'Elle' Trailer: Isabelle Huppert Stars as Powerful Video-Game Exec Dealing With Rape

Courtesy of TIFF

Paul Verhoeven's provocative French-language film stirred up debate when it premiered in Cannes and is set to screen at the Toronto and New York film festivals this fall.

The first trailer for Paul Verhoeven's provocative Cannes film Elle, about a powerful video-game executive who is attacked and raped in her house, has debuted online.

In the preview, Isabelle Huppert's Michele matter-of-factly informs a group of people at a restaurant that she was assaulted at home but is, as she says, fine.

Michele is then shown at work, where she forcefully disagrees with a male colleague about a video game that appears to depict a similar attack. She continues to deal with the rape, flashing back to the incident and proudly stating that she can deal with "nutjobs." They're her specialty. Indeed, Michele tracks down her assailant, drawing the two of them into a game that could spiral out of control.

The film, in French with English subtitles, is Dutch director Verhoeven's (Basic Instinct, Showgirls) first feature in more than a decade. The movie, which was quickly labeled as a "rape comedy" for its dark humor and the fact that its main character is brutally raped early in the movie, provoked heated discussion among critics after it premiered at Cannes.

In her critic's notebook, The Hollywood Reporter's Leslie Felperin touched on Elle's controversial approach:

"Elle complicates its rape narrative with an exploration of female masochism — a theme rarely addressed in current cinema, where masochism tends to only be allowed if it’s consensual and part of a controlled BDSM diet a la Fifty Shades. [Michele] certainly doesn’t want to be raped, but once the incident happens (it’s shown several times in flashback, and each time it’s categorically clear that this indeed is a rape), the trauma stirs up uncomfortable feelings in her," Felperin writes. "And those feelings don’t match what we've been conditioned to expect from standard depictions of sexual violence in various art forms. Michele does not fall apart, or go into obvious shock, or go to the police or even shut down sexually after her attack. … Michele, in short, refuses to see herself as a victim at all. There will undoubtedly be feminists who take umbrage with the film, and not just because of its complex, intertwined examinations of desire, masochism and power. Some, I suspect, will denounce it for showing a rape victim refusing to report her rapist, and therefore not setting a good example. … Others will be shocked that Michele doesn’t show sufficient rage. … For me, Elle is perhaps the smartest, most honest and empowering film about rape I’ve ever seen — because while it's about damage, it's also about resilience and how whatever doesn’t kill you makes you stronger."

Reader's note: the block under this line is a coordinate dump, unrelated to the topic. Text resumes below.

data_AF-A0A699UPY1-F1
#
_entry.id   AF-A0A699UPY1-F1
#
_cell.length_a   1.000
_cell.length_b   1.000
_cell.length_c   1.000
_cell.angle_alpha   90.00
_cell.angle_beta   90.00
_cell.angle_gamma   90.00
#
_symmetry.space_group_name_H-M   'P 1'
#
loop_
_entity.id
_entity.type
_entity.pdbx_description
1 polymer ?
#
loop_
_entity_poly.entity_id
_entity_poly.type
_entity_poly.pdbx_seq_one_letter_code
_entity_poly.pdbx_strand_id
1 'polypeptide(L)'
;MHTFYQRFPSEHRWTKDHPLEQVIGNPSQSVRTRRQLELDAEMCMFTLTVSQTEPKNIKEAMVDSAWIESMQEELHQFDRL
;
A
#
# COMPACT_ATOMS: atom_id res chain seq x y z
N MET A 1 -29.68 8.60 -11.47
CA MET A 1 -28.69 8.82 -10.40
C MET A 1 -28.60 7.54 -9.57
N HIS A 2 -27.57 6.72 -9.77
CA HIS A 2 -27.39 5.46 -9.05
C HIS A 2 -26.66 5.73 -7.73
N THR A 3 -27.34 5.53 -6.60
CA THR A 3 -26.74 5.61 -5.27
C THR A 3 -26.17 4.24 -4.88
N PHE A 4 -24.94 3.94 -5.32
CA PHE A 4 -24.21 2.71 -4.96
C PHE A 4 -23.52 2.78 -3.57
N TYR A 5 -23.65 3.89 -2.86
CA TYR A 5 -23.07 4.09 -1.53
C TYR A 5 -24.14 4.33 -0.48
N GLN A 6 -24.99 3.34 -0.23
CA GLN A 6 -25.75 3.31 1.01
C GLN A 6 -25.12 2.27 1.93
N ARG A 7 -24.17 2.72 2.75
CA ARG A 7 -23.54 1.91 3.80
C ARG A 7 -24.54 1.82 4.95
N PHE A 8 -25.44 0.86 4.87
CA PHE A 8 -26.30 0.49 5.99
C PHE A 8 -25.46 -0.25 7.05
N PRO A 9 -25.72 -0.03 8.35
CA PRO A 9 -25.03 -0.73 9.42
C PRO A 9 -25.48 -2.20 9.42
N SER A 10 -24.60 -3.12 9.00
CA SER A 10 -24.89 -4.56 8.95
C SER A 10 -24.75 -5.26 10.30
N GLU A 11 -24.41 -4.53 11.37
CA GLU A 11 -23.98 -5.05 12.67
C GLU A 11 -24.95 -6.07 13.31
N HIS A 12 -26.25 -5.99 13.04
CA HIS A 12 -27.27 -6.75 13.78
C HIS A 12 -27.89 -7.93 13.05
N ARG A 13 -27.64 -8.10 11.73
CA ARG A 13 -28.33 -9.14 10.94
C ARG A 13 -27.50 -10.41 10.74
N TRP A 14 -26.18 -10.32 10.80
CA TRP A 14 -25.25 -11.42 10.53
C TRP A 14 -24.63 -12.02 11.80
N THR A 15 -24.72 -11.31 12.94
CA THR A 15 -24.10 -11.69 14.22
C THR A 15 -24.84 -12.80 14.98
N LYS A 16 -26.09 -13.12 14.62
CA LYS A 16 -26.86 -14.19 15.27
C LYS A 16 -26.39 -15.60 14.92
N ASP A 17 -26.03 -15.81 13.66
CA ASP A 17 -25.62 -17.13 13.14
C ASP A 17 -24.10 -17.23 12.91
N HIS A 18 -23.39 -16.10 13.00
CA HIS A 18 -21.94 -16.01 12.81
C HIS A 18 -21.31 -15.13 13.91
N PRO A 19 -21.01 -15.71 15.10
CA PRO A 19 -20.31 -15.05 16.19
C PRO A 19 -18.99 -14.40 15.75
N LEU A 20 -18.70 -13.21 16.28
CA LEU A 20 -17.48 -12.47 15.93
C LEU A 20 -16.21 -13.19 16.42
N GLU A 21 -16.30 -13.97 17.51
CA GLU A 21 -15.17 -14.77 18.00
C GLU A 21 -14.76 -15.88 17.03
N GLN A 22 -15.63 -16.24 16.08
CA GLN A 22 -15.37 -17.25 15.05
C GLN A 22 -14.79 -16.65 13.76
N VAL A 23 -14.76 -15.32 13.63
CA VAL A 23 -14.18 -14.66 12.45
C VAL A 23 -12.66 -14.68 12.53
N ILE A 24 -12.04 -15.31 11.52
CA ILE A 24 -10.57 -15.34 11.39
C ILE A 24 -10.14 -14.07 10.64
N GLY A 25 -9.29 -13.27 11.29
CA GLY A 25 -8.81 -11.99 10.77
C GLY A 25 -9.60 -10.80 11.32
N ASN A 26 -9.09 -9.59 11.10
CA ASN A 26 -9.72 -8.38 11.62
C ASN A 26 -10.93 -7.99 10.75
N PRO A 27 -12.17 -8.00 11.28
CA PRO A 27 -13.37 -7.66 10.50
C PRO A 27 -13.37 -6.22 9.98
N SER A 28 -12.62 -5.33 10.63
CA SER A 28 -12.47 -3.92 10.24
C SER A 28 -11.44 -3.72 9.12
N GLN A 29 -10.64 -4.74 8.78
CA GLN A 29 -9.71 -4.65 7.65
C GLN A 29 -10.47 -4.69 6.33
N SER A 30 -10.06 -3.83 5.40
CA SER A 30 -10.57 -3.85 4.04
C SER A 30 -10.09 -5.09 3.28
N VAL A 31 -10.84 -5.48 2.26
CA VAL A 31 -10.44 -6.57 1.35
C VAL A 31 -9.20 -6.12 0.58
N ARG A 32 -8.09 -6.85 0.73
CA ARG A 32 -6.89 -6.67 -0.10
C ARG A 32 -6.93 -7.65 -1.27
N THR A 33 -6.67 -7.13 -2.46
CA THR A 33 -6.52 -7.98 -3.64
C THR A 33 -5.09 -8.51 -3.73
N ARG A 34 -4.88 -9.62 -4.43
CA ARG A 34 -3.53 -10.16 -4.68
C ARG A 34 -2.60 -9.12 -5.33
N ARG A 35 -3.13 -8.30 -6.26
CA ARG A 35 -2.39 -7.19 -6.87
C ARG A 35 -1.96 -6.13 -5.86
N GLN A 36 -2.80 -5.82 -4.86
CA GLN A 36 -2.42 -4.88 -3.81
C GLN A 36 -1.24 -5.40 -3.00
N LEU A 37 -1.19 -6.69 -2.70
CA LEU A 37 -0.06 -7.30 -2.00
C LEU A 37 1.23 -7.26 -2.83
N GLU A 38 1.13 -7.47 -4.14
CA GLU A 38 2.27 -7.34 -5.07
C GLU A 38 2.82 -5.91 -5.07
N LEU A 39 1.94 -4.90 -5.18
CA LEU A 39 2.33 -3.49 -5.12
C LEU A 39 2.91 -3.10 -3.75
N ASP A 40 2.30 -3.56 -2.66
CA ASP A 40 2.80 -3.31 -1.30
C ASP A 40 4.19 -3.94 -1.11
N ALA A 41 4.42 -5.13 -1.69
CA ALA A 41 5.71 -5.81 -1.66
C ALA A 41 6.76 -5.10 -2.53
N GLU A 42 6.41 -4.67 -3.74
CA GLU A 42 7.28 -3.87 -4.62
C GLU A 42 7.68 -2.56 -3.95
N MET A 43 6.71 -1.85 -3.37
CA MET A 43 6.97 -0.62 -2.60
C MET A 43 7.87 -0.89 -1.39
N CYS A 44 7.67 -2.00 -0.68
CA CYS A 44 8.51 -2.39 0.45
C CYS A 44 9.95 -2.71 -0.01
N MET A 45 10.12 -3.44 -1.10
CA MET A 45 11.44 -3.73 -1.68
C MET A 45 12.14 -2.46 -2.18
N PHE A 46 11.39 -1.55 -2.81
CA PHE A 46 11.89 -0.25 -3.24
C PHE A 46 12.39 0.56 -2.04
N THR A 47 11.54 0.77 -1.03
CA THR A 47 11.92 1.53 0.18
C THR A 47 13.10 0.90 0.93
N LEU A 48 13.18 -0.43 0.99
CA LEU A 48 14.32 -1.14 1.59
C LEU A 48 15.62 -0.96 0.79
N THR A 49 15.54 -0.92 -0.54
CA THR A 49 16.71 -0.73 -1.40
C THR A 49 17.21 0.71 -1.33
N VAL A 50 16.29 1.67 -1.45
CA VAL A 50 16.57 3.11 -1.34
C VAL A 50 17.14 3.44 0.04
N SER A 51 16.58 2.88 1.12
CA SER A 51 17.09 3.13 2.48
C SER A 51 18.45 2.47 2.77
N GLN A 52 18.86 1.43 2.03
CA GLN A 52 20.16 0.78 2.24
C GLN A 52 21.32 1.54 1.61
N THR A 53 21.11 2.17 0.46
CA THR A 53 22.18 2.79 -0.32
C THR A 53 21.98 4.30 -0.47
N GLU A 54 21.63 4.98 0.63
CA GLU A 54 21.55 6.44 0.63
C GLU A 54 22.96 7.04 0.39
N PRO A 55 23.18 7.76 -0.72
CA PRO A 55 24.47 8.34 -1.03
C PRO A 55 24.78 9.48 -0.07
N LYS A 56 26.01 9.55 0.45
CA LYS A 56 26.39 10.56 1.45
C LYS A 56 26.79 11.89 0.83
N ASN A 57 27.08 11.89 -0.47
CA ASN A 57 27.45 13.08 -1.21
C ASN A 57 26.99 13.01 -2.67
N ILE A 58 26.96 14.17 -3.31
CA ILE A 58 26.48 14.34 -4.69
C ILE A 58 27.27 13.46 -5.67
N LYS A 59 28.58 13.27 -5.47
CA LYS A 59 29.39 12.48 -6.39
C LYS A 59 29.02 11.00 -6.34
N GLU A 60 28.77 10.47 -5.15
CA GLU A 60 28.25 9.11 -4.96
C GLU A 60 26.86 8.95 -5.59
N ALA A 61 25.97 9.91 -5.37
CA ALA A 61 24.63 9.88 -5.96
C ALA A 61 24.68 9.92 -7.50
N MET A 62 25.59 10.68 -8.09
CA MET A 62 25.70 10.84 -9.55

THR reviewer Jordan Mintzer also praised the film, calling it "a tastefully twisted mid-to-late-life crisis thriller that’s both lasciviously dark and rebelliously light on its feet — a story about a 50-something woman who is dealt several blows over the course of a few months and fights back with authority, mockery and a fat can of pepper spray."

Sony Pictures Classics acquired rights in North America and other key territories to Elle, which has earned an R rating in the U.S. and will follow its Cannes debut with screenings at next month's Toronto International Film Festival as well as the upcoming New York Film Festival. Elle is set to open in New York on Nov. 11 and in Los Angeles on Nov. 16.